Technical Barriers, Import Licenses And Tariffs As Means Of Limiting Market Access
AbstractTechnical barriers (standards), import licenses and tariffs may be deployed as means of limiting the market access of foreign firms. The present paper examines these measures in a setting of monopolistic competition. We find that, if protection focuses predominantly on the number of foreign firms accessing the domestic market, a technical barrier (an import license) may dominate a tariff (tariff and a technical barrier) in terms of consumer welfare, even when tariff revenues are fully redistributed. However, if protection pays sucfficient focus on limiting the total import volume, then tariffs are the preferred means of protection. Within the model, reductions in technical barriers and tariffs, the removal of licensing schemes, and a harmonization of standards are all welfare-improving policies.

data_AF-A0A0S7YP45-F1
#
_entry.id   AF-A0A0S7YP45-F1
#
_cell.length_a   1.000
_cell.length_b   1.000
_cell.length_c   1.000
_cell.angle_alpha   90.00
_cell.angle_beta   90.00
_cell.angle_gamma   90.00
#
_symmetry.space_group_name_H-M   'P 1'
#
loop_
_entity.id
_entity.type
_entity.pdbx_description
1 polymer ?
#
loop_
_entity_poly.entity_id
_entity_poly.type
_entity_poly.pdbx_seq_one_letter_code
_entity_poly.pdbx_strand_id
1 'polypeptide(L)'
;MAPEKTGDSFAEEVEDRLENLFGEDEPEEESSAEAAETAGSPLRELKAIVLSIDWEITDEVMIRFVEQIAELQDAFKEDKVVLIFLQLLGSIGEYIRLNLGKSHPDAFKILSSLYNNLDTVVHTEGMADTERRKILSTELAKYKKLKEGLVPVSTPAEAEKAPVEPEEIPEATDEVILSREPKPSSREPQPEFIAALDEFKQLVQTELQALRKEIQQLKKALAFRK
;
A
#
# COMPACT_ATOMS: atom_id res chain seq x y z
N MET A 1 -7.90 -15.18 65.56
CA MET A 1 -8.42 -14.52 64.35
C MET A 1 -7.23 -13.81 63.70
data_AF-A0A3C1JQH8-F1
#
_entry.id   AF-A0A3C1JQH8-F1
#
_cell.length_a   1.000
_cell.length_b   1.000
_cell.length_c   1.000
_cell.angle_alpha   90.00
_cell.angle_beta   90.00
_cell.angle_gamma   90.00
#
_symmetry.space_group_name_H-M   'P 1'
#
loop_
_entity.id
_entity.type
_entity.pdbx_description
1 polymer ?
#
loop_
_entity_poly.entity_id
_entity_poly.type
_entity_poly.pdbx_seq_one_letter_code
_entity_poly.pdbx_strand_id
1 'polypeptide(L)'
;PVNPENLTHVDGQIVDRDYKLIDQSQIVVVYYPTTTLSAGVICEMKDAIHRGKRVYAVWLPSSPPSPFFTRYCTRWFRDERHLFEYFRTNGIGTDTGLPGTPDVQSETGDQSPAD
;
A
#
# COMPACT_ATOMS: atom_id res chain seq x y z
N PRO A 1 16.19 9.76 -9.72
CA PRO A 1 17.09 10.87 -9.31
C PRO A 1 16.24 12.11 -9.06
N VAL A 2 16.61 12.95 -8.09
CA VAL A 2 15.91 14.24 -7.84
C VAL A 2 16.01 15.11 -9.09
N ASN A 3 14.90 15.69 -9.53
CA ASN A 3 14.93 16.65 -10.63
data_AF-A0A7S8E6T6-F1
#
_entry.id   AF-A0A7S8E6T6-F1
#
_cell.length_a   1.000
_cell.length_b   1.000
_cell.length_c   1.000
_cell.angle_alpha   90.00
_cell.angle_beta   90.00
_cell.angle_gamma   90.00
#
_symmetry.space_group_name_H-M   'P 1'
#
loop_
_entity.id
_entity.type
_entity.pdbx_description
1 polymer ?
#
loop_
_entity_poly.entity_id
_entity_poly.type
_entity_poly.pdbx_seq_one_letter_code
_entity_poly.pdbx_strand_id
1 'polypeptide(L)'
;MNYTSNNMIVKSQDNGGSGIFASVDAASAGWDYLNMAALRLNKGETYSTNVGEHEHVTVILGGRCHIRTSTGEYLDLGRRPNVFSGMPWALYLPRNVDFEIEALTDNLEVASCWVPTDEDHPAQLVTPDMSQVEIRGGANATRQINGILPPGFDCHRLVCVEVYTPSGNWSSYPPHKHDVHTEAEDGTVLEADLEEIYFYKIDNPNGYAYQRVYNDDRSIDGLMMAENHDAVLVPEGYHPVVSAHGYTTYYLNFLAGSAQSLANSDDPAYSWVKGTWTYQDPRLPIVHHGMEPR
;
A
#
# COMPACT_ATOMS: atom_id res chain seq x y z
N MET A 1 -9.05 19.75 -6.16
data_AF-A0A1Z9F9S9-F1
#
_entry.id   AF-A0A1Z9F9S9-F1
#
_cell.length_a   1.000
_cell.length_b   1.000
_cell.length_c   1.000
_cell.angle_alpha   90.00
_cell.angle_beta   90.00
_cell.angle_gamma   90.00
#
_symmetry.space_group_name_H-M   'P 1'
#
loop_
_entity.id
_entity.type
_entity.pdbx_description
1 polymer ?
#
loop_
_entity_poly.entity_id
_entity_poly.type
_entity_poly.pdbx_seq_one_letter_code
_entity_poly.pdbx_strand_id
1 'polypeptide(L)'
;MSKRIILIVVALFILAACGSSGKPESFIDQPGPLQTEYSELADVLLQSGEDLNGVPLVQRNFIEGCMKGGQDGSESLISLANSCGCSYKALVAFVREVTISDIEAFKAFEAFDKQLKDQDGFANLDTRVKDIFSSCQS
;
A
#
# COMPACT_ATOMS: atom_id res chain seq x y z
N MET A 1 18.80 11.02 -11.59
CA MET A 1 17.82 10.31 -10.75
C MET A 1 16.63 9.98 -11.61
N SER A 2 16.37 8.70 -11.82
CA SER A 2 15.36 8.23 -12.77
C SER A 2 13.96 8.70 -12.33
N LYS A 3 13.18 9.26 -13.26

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Bibliographic InfoPaper provided by Royal Economic Society in its series Royal Economic Society Annual Conference 2004 with number 35.
Date of creation: 17 Sep 2004
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Other versions of this item:
- JØrgensen, Jan G. & Schröder, Philipp J.H., 2006. "Technical Barriers, Import Licenses and Tariffs as Means of Limiting Market Access," Journal of Economic Integration, Center for Economic Integration, Sejong University, vol. 21, pages 120-146.
- F12 - International Economics - - Trade - - - Models of Trade with Imperfect Competition and Scale Economies; Fragmentation
- F15 - International Economics - - Trade - - - Economic Integration
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